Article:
An unflinching memoir by the woman who has helped thousands of people uncover their creative inspiration.
In Floor Sample, the author of the international bestseller The Artist's Way weaves an honest and moving portrayal of her life. From her early career as a writer for Rolling Stone magazine and her marriage to Martin Scorsese, to her tortured experiences with alcohol and Hollywood, Julia Cameron reflects in this engaging memoir on the experiences in her life that have fueled her own art as well as her ability to help others realize their creative dreams. She also describes the fascinating circumstances that led her to emerge as a central figure in the creative recovery movement-a movement that she inaugurated and defined with the publication of her seminal work, The Artist's Way.
Julia Cameron is a passionate and wry observer of the world, and her account of her life as a self-described "floor sample" for all she teaches in her brilliant books on creativity will surprise, entertain, and inspire all her many fans as well as anyone interested in an absorbing literary memoir.
Offbeat and eccentric, but it makes for great reading
By Paul Allaer - August 14, 2006
Unlike most reviewers here, let my state upfront that I was not familiar whatsoever with Julia Cameron. I saw this book and read the inside flap summary: "wrote for Rolling Stone, "was married to Martin Scorsese", hmmm, this could be interesting I thought, and off I went with the book. What a surprise that was awaiting me.
In "Floor Sample" (405 pages), Julia Cameron brings her life story, and what a story it is. From her early days, strict Catholic upbringing, Julia describes how she started the party life in college at Georgetown, seeking ways to channel her obvious writing talents, eventually leading to Rolling Stone assignments, which in turn lead to a short-lived but high intensity courtship, and eventual, marriage to Martin Scorsese. Her drinking spiraled out of control, leading to the break-up with Scorsese. Then things really turn interesting: Cameron quits drinking altogether and starts life anew, seeking out writing assignments in magazines, tipping her toes in... read more
Did Anyone Else Notice?
By M. Moon - February 2, 2007
I, too, have read The Artist's Way and found much that was valuable in it. It's a beautiful book, inspiring and helpful on many levels. So I was interested to read Julia Cameron's memoir. What struck me immediately was her writing style, which I don't particularly like. Her dialogue, especially, is stilted and awkward. Do none of the people in her world use contractions? Anyway, as the book got deeper into her life and she began to describe her breakdowns or "breakthroughs", as her Taos friends insisted on seeing these obvious psychotic episodes, I at first arm-chair diagnosed her as being bi-polar. One of her doctors, did too. But then he changed his mind and told her that she never had been and to wipe that from her consciousness. It came to me though, that this woman may well be the world's highest functioning schitzophrenic! She hears voices and she takes instructions from them. They "dictate" books, essays, plays, and even music to her. And then I realized that the entire concept... read more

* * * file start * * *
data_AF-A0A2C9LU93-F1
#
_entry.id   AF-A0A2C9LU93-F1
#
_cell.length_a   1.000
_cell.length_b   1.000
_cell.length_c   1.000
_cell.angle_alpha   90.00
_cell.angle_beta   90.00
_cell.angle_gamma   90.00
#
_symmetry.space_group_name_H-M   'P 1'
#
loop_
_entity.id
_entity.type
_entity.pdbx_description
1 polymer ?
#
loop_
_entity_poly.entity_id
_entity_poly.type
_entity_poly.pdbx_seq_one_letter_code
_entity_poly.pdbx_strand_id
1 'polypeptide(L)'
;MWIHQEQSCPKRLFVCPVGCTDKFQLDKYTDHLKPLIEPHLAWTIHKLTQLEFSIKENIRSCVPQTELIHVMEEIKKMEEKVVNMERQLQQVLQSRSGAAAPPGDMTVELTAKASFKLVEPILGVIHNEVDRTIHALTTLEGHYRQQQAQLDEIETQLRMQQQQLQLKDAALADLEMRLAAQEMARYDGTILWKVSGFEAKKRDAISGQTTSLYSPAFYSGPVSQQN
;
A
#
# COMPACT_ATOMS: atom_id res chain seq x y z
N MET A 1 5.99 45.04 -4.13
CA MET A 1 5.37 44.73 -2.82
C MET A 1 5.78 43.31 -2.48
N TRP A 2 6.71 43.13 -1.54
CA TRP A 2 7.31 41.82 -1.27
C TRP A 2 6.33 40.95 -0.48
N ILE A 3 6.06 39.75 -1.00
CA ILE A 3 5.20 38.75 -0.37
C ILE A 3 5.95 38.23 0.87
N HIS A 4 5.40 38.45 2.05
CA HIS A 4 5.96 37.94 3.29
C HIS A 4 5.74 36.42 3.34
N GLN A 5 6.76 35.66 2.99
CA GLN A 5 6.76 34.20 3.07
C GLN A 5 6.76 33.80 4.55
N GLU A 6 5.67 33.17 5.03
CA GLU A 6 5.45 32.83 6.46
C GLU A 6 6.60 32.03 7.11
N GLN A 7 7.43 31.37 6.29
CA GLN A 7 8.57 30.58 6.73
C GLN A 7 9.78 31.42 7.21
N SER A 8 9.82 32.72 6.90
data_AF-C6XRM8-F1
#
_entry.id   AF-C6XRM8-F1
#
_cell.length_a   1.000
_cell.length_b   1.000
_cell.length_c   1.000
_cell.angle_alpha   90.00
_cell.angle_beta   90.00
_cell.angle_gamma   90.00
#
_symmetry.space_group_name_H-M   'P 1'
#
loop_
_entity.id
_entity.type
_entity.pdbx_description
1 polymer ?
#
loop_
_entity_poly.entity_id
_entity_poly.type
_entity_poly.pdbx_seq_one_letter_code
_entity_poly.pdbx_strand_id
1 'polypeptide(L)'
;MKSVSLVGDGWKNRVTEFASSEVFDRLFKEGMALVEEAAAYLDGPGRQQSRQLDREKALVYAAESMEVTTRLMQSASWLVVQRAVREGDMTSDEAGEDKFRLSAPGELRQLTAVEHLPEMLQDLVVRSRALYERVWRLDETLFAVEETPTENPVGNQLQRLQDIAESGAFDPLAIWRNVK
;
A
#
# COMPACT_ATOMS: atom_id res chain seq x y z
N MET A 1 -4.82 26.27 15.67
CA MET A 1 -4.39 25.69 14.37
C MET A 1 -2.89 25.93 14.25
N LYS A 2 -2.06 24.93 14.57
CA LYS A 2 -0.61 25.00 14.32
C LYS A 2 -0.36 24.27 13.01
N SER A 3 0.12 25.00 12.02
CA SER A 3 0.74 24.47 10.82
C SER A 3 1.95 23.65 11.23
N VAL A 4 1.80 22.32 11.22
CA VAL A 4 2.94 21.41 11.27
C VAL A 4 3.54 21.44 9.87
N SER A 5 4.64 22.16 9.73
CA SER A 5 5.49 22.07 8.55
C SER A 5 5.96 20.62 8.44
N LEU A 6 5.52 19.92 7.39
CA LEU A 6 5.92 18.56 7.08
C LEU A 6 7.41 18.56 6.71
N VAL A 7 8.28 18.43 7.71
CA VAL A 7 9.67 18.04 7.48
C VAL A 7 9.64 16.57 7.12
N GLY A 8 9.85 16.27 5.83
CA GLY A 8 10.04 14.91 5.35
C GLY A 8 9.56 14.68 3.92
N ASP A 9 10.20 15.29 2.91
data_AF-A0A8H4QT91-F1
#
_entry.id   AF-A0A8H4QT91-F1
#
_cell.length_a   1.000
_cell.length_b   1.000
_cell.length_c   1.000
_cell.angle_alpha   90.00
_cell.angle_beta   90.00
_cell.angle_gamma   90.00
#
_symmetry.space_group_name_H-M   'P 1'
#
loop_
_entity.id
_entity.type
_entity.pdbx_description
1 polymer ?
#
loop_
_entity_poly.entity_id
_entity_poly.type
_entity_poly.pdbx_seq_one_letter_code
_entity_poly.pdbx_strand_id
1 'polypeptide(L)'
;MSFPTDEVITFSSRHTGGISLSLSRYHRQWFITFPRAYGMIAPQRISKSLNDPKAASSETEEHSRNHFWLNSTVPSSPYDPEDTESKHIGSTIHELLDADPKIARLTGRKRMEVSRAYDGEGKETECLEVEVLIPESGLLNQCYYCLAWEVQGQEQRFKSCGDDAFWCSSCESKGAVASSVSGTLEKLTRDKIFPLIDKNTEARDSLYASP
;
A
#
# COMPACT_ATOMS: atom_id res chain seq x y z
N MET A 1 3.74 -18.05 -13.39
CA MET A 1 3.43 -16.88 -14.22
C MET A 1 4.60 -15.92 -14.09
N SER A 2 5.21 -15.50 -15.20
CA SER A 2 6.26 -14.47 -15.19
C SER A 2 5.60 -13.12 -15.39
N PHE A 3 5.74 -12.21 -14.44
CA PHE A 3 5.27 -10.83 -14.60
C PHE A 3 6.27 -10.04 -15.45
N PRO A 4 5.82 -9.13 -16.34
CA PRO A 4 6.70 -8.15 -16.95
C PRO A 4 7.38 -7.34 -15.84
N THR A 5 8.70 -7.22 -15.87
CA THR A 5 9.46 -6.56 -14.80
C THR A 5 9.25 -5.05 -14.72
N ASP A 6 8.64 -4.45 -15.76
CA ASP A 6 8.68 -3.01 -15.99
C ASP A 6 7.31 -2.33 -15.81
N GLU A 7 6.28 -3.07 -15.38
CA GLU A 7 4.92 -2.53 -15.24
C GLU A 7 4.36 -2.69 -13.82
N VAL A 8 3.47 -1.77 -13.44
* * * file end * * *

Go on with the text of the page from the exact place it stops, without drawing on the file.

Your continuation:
Surviving as an Artist - a How To
By Bonnie - June 27, 2006
I had the privilege to attend a workshop with Julia recently and was impressed by her humor, her strength, her passion, and her talent. And yes, her vulnerability. This is a fabulous book, reflecting all these facets of this complicated, gifted woman.
It's a brave memoir, in that she details serious problems, including alcohol and drug abuse as well as two failed marriages, and a great stuggle with emotional stability. But throughout it all, Julia remains true to her dual calling, that of an artist and a teacher. No matter what transpires, she not only continues to create her own art of many kinds, but works hard and with great generosity to help other artists find their muse and working rhythms.
The big message of this book is that an artist is about her work. The work continues no matter what. She preaches this, yes, but lives it too. That's what she means by "Floor Sample" - of her own method, The Artist's Way.
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